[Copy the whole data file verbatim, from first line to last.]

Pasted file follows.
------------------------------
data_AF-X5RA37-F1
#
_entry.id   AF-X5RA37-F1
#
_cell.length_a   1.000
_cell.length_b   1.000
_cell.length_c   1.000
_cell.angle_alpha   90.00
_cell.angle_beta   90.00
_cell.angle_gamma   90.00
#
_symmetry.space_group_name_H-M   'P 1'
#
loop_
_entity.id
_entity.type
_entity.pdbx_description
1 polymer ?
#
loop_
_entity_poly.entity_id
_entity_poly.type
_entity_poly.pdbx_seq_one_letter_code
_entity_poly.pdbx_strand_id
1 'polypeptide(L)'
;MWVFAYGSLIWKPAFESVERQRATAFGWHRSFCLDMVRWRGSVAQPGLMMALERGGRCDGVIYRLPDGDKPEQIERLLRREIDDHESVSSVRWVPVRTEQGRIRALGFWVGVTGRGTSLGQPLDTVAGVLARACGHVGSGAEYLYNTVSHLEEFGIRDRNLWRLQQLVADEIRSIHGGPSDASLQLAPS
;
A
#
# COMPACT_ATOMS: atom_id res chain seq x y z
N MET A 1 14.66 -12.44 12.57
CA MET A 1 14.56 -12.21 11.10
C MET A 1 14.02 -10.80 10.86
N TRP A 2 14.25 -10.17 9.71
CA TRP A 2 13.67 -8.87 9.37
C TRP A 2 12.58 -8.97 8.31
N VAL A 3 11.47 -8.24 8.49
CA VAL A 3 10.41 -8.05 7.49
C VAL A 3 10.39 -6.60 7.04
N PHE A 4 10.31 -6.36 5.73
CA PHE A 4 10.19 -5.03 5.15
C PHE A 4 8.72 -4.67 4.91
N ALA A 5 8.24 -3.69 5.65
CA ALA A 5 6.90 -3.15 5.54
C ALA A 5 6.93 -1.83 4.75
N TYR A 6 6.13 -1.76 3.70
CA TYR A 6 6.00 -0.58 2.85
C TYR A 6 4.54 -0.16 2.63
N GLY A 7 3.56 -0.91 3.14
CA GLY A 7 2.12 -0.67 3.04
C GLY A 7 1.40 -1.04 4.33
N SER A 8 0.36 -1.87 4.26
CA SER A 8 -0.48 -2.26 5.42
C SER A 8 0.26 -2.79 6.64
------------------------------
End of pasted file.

data_AF-X5RA37-F1
#
_entry.id   AF-X5RA37-F1
#
_cell.length_a   1.000
_cell.length_b   1.000
_cell.length_c   1.000
_cell.angle_alpha   90.00
_cell.angle_beta   90.00
_cell.angle_gamma   90.00
#
_symmetry.space_group_name_H-M   'P 1'
#
loop_
_entity.id
_entity.type
_entity.pdbx_description
1 polymer ?
#
loop_
_entity_poly.entity_id
_entity_poly.type
_entity_poly.pdbx_seq_one_letter_code
_entity_poly.pdbx_strand_id
1 'polypeptide(L)'
;MWVFAYGSLIWKPAFESVERQRATAFGWHRSFCLDMVRWRGSVAQPGLMMALERGGRCDGVIYRLPDGDKPEQIERLLRREIDDHESVSSVRWVPVRTEQGRIRALGFWVGVTGRGTSLGQPLDTVAGVLARACGHVGSGAEYLYNTVSHLEEFGIRDRNLWRLQQLVADEIRSIHGGPSDASLQLAPS
;
A
#
# COMPACT_ATOMS: atom_id res chain seq x y z
N MET A 1 14.66 -12.44 12.57
CA MET A 1 14.56 -12.21 11.10
C MET A 1 14.02 -10.80 10.86
N TRP A 2 14.25 -10.17 9.71
CA TRP A 2 13.67 -8.87 9.37
C TRP A 2 12.58 -8.97 8.31
N VAL A 3 11.47 -8.24 8.49
CA VAL A 3 10.41 -8.05 7.49
C VAL A 3 10.39 -6.60 7.04
N PHE A 4 10.31 -6.36 5.73
CA PHE A 4 10.19 -5.03 5.15
C PHE A 4 8.72 -4.67 4.91
N ALA A 5 8.24 -3.69 5.65
CA ALA A 5 6.90 -3.15 5.54
C ALA A 5 6.93 -1.83 4.75
N TYR A 6 6.13 -1.76 3.70
CA TYR A 6 6.00 -0.58 2.85
C TYR A 6 4.54 -0.16 2.63
N GLY A 7 3.56 -0.91 3.14
CA GLY A 7 2.12 -0.67 3.04
C GLY A 7 1.40 -1.04 4.33
N SER A 8 0.36 -1.87 4.26
CA SER A 8 -0.48 -2.26 5.42
C SER A 8 0.26 -2.79 6.64